Helen M. Santoni, a retired state government worker who had a great capacity for friendship and a love of travel, died of breast cancer Monday at Gilchrist Center in Towson. The Parkville resident was 94.
“I’ve known Helen for many years,” said Vera Signorelli, who lives in Oak Crest Village, in Parkville. “She was one in a million and had so many friends. She never complained because she was always concerned about everyone else.”
The former Helen Marie Greensfelder, daughter of Henry Greensfelder, a Bethlehem Steel Corp. steelworker, and his wife Katherine Ptak, a seamstress, was born in Baltimore and raised in Highlandtown.
She attended St. Brigid’s parochial school and was a 1945 graduate of Patterson High School, where she met a classmate, Henry A. Santoni, who would become her future husband.
“They met at Patterson High School and knew each other but didn’t date,” said her daughter, Jane Santoni, of Towson. “She was babysitting a cousin one day in Patterson Park when he came up and saw her sitting on a bench. So, they started dating and walked or took the streetcar to Hearts and Hatches dances and other dances. I always said Patterson Park played a role in my parents’ lives.”
The couple married in 1951 at the now-closed St. Brigid Roman Catholic Church in Canton. During the early years of her marriage, Mrs. Santoni worked as a secretary at the old Esso Oil Co. refinery in Canton, while helping her husband, a pharmacist, establish Sheldon Pharmacy on Belair Road in the city’s Parkside neighborhood.
“Back in those pre-Amazon days, when pharmacies made deliveries, that’s what she did,” her daughter said.
After her three children were grown, Mrs. Santoni began working for the state of Maryland in 1976, first in its unemployment division in Eastpoint, and later in budget and fiscal matters at State Center near the Fifth Regiment Armory in Baltimore. She retired in 1995.
She and her husband enjoyed traveling throughout North America and to Italy which were favorite destinations.
A longtime resident of Benton Heights Avenue in Gardenville, Mrs. Santoni was an active communicant of St. Anthony of Padua Roman Catholic Church, where she was involved with the parish’s community outreach ministries.
After her husband’s death in 1997, she relished her role of caring for her grandchildren and three sisters, Eileen Moulds, Pauline McCarn and Patricia Marek.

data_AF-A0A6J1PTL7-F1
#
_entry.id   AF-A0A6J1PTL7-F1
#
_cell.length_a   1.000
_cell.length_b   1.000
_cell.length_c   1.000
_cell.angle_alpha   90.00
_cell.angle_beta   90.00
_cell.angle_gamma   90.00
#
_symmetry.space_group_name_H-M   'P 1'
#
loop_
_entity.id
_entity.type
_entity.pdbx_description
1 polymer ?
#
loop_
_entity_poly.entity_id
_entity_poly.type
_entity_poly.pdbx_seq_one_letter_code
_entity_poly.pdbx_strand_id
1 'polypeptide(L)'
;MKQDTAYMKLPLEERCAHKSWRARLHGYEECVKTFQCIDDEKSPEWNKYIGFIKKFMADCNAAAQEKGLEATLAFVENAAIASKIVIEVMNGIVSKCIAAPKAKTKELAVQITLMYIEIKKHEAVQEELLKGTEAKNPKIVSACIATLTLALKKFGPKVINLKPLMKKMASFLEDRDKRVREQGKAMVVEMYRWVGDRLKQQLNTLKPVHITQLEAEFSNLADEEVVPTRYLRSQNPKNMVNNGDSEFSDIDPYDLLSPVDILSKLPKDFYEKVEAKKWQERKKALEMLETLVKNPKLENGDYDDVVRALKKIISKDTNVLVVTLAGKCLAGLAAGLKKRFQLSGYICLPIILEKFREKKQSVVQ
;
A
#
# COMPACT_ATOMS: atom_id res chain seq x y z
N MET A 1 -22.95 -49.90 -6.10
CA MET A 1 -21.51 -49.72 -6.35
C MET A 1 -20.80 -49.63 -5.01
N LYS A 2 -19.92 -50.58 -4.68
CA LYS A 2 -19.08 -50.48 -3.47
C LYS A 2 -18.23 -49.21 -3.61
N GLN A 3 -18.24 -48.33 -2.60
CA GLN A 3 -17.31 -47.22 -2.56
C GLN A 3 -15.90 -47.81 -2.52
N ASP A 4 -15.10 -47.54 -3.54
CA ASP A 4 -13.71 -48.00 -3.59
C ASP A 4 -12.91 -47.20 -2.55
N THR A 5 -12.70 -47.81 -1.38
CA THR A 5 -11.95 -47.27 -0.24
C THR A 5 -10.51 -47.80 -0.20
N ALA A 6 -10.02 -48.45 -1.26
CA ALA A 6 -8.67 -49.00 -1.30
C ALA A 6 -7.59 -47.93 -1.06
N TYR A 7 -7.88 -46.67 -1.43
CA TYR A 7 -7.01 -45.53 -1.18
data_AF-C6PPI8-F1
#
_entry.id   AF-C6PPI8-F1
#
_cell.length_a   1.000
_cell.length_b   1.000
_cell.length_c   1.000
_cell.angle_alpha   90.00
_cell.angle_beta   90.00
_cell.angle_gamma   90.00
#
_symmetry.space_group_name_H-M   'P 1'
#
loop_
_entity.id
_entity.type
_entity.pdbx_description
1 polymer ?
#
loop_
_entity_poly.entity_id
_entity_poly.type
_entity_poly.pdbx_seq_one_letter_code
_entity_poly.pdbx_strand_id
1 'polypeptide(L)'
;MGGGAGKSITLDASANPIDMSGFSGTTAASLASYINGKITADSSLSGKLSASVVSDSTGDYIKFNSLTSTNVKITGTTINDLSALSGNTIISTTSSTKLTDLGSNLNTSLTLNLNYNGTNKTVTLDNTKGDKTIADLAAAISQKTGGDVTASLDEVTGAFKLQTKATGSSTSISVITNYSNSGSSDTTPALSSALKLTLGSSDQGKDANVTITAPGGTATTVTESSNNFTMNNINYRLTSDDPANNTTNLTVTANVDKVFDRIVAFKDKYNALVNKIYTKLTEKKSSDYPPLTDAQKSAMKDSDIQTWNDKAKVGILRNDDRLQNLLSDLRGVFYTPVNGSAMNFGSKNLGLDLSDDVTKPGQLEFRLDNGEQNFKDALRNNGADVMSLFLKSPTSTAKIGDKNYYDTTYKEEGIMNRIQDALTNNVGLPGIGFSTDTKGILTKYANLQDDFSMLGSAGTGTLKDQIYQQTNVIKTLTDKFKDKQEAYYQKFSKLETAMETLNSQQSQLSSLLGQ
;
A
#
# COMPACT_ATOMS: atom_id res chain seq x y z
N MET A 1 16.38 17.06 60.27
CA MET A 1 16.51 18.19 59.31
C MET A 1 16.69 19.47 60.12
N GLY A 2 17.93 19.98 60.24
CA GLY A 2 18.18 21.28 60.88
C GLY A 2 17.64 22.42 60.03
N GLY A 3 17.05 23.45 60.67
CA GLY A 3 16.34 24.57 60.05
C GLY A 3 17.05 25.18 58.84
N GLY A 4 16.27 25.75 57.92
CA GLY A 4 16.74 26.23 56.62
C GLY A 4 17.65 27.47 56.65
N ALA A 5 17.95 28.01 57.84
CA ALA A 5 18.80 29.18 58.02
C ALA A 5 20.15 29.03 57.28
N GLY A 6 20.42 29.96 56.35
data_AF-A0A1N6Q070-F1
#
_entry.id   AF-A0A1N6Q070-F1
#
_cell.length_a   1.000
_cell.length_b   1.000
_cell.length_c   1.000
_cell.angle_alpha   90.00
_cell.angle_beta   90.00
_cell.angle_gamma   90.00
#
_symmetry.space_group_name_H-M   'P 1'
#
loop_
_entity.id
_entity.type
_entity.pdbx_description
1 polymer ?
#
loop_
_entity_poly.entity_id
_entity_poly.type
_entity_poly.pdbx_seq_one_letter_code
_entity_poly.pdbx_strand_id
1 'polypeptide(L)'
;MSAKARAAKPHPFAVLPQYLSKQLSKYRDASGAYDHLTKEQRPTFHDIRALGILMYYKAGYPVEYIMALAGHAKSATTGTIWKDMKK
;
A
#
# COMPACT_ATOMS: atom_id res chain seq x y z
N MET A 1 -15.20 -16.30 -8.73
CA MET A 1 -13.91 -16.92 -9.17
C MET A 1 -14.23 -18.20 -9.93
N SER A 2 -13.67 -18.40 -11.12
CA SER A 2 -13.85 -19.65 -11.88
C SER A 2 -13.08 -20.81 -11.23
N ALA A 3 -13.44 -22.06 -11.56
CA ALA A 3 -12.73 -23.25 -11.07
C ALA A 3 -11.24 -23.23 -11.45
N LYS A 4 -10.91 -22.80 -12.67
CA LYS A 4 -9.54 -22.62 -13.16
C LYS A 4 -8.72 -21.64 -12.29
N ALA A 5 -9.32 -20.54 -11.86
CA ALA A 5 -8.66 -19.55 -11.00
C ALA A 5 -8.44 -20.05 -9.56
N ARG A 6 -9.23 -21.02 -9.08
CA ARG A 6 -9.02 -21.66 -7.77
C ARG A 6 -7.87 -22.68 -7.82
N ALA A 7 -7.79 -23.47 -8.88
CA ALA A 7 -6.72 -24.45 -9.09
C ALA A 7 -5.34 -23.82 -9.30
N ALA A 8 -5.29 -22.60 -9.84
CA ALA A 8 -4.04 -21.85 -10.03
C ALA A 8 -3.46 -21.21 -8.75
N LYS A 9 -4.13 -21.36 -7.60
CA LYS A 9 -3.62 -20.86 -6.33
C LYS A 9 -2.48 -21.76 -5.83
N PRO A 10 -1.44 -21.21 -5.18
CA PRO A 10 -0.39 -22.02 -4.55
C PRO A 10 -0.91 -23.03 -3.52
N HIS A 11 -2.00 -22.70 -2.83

“She savored socializing with friends over a glass of ice white zinfandel, and delighted in staying out later than her grandchildren,” wrote a grandson, Matthew Kovalan-Santoni, of Pittsburgh, in a biographical profile of his grandmother.
“My husband Bill, and Henry and Helen, grew up in the old Italian neighborhood in Highlandtown, and they did lots of things together in those years,” recalled Mrs. Signorelli. “And after I married Bill, we all became real close friends, and went to a lot of parties and affairs together.”
The two women were drawn closer to each other through a shared tragedy: each lost a young son.
Mrs. Santoni’s son, Henry A. “Skip” Santoni Jr. was 9 years old when he was playing in the street one day in 1963 and “fell and hit a curb which resulted in a lacerated liver,” Ms. Santoni said.
“I lost a son and she had lost a son and that made us closer,” Mrs. Signorelli said. “And we shared a lot of lunches together over the years.”
Mrs. Signorelli, who had moved to Oak Crest Village, urged her friend to move there, and finally in 2019, Mrs. Santoni moved to the Parkville retirement community.
“She was such a very friendly and outgoing person, and once she moved to Oak Crest Village, she made even more friends,” Mrs. Signorelli said. “Everyone liked Helen.”
“My mother loved a good time and made friends wherever she went. She was warm and kind,” her daughter recalled. “She was interested in other people’s lives, and old people and young people liked her. She never lost a friend but just made more.”
A memorial Mass will be offered at 10 a.m. August 28 in the chapel at Oak Crest Village, 8820 Walther Blvd., Parkville.
In addition to her daughter, she is survived by two sons, Bruce Santoni of Westminster and Doug Santoni of Seattle, Washington; three other grandchildren; a great-grandson; and many nieces and nephews.